New Data Shows Banks ‘Triple Dipping’ By Increasing Credit Card Interest, Annual Fees and Swipe Fees

Contact: J. Craig Shearman
(202) 257-3678

WASHINGTON, February 27, 2024 – Recent data shows the rise in credit card “swipe” fees that has driven up prices for consumers by billions of dollars over the past decade has come as banks have also dramatically increased annual fees and the money they take from consumers through interest, the Merchants Payments Coalition said today.

“The card industry is triple-dipping, making millions of consumers pay three times for their credit cards,” MPC Executive Committee member and National Association of Convenience Stores Senior Vice President of Government Relations Lyle Beckwith said. “The largest banks make consumers pay an annual fee whether they use their card or not, then pay higher prices because of swipe fees every time they make a purchase, then pay huge interest rates on the balance. By charging more in all three areas, banks continue to get rich on the backs of small businesses and American consumers struggling to make ends meet.”

The Consumer Financial Protection Bureau reported last week that “
credit cards have never been this expensive” and that the average annual credit card interest rate was a record-high 22.8 percent in 2023, up from 12.9 percent in 2013. Furthermore, the average rate was 14.3 percentage points higher than the prime rate, compared with 9.6 percentage points higher in 2013, giving banks a record profit margin on interest.

Interest charged on credit cards by major banks totaled $105 billion in 2022, and in 2023 that included an extra $25 billion that came from increasing the difference between the prime rate and the amount charged to cardholders, the CFPB said. The higher profit margin cost the average cardholder about $250 a year extra.

The CFPB also said the nation’s
25 largest card-issuing banks charge interest rates eight to 10 percentage points higher than small/medium-sized banks and credit unions, with 15 large banks charging top rates over 30 percent. That cost those banks’ cardholders an extra $400-500 a year in interest, the agency said.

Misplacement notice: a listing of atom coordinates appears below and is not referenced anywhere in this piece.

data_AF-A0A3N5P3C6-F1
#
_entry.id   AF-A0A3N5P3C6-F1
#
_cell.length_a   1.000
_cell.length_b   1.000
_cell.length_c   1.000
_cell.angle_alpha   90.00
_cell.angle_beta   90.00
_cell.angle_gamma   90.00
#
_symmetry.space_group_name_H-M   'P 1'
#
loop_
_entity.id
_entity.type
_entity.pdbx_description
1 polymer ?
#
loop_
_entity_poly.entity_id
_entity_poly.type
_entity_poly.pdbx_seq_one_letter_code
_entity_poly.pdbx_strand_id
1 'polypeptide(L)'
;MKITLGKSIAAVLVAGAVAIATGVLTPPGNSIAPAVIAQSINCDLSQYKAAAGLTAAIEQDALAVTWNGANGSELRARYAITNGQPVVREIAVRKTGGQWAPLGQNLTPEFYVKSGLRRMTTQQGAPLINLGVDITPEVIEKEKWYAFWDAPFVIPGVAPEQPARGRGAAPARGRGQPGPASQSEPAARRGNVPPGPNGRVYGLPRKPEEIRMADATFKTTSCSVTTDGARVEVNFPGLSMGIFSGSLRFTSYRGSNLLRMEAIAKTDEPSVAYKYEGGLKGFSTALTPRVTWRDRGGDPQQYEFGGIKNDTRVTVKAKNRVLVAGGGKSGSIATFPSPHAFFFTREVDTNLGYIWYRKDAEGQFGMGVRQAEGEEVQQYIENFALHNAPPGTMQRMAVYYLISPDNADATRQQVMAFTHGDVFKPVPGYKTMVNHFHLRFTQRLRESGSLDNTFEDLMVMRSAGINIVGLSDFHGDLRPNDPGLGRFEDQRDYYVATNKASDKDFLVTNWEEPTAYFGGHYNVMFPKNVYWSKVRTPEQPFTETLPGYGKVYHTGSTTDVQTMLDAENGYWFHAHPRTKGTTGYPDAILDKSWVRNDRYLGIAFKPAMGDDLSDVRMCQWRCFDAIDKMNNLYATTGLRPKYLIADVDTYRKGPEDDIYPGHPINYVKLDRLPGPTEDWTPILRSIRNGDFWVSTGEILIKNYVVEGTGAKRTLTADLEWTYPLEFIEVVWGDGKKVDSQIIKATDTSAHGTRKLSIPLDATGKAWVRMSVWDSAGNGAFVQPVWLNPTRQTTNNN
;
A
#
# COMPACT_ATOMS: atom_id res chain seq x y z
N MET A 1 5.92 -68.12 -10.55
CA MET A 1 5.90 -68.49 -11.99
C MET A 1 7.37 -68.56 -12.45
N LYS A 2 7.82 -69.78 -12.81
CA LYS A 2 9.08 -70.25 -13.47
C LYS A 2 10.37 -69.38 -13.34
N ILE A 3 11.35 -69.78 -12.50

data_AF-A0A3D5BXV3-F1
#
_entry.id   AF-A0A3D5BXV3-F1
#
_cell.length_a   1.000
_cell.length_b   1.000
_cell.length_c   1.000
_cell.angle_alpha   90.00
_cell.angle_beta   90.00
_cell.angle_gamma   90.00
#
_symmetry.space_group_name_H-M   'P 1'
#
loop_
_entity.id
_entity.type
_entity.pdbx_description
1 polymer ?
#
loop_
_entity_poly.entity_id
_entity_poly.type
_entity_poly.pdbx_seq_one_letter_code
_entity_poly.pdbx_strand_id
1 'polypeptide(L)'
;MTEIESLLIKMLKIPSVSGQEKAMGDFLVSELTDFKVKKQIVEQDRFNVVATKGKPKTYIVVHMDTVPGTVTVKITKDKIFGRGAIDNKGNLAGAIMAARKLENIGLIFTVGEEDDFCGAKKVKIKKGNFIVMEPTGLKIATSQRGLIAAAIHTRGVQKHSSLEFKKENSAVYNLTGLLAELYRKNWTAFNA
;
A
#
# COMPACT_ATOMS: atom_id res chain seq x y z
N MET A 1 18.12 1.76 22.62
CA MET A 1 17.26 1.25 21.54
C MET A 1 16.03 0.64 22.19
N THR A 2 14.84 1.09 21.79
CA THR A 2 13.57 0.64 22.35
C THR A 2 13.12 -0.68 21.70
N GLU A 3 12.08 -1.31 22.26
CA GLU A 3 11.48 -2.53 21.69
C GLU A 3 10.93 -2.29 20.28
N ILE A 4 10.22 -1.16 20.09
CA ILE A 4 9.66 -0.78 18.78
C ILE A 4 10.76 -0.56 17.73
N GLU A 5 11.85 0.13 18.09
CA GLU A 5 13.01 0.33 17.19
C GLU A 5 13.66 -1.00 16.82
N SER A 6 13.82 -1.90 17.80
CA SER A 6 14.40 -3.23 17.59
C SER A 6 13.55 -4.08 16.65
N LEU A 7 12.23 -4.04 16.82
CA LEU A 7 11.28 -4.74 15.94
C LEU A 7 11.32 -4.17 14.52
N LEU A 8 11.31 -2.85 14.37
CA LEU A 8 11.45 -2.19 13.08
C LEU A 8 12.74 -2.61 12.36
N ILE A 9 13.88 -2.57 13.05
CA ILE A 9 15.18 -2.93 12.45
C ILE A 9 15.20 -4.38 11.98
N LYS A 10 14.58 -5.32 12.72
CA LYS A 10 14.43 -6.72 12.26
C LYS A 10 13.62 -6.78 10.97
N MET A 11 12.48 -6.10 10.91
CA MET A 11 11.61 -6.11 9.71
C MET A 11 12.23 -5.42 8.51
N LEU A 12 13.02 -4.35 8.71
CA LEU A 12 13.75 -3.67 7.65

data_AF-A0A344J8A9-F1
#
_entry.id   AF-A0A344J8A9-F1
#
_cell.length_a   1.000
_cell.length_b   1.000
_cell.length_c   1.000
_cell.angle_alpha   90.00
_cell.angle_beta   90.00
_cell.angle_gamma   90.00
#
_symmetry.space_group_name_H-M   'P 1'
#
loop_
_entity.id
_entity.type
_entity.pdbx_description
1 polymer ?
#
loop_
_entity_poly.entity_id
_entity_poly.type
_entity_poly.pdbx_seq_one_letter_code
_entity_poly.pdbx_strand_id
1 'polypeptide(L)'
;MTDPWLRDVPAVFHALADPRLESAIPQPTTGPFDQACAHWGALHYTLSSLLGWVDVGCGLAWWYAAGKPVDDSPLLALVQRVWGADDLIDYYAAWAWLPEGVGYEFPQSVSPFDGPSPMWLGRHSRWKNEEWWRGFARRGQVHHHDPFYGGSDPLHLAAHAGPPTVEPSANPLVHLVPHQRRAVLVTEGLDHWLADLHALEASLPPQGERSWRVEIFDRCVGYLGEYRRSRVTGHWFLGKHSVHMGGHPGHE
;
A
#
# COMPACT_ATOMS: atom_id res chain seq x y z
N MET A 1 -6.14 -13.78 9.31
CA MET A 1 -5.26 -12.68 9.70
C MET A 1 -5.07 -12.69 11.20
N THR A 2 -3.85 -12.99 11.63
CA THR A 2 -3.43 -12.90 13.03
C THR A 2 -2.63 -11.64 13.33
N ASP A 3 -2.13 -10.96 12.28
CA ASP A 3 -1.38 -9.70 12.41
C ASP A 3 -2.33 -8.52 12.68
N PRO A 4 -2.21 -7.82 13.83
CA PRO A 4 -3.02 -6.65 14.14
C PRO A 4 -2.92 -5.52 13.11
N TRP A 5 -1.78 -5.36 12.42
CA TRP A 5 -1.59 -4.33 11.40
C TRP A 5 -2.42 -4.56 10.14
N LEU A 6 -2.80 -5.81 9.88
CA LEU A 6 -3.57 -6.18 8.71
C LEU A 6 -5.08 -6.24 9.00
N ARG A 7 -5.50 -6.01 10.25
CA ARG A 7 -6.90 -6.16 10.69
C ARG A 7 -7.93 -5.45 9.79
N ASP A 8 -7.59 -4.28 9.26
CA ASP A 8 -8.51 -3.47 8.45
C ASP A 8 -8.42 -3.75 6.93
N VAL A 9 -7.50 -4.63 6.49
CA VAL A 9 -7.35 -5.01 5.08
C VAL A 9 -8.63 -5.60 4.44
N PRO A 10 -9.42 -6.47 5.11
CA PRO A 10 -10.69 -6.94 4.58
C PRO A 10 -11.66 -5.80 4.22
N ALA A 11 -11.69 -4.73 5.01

In a
separate report, the CFPB said the average annual fee for each account that carried such a fee was a record $105 as of 2022, up from $62 in 2015. Revenues from the fees more than doubled during the same period, from $3 billion to $6.4 billion.

Annual fees are even higher at large banks, averaging $157, compared with $94 at smaller issuers. And large banks are also
more likely to charge an annual fee, with 27 percent doing so compared with 9.5 percent of small institutions. Overall, 16.3 percent of cards have an annual fee.

Meanwhile, credit card swipe fees totaled $126.4 billion in 2022, more than doubling from $51.5 billion a decade earlier, according to the Nilson Report. With debit cards included, swipe fees totaled $160.7 billion in 2022, up from $66.5 billion 10 years earlier. As most merchants’ highest operating cost after labor, swipe fees are too much to absorb and drive up prices paid by the average family by over $1,000 a year.

The data comes as Senate Judiciary Committee Chairman Richard Durbin, D-Ill., one of the lead sponsors of the Credit Card Competition Act, has scheduled an
April hearing on the lack of competition over swipe fees. In addition two new Senators, Jack Reed, D-R.I., and Josh Hawley, R-Mo., have added their names as cosponsors of the bill, which would bring competitive dynamics to the credit card market.

Visa and Mastercard – which control over 80 percent of the market – each centrally set the swipe fees charged by banks that issue cards under their brands, and also block transactions from being processed over other networks that could do the job with lower fees and better security. The legislation would require banks with at least $100 billion in assets to enable cards they issue to be processed over at least two unaffiliated networks – Visa or Mastercard plus a competitor.

Networks like NYCE, Star and Shazam, which already process Visa and Mastercard PIN debit card transactions, have been most often cited as the likely second network. Discover has been among potential competitors because it already processes Discover credit card transactions at 70 million merchants in over 200 countries. Passage of the CCCA is
still needed for Visa and Mastercard transactions to be routed over another network despite last week’s announcement that Capital One plans to acquire Discover.

Banks would choose which networks to enable but merchants would then choose which to use, resulting in competition over fees, security and service that is expected to save merchants and consumers
over $15 billion a year. Rewards would not be affected, security would be improved, consumers would still use the same cards, and community banks and all but one credit union would be exempt.

About MPC

The Merchants Payments Coalition represents retailers, supermarkets, convenience stores, gasoline stations, online merchants and others fighting for a more competitive and transparent card system that is fair to consumers and merchants. Follow MPC on Twitter, Facebook or LinkedIn for the latest on swipe fees.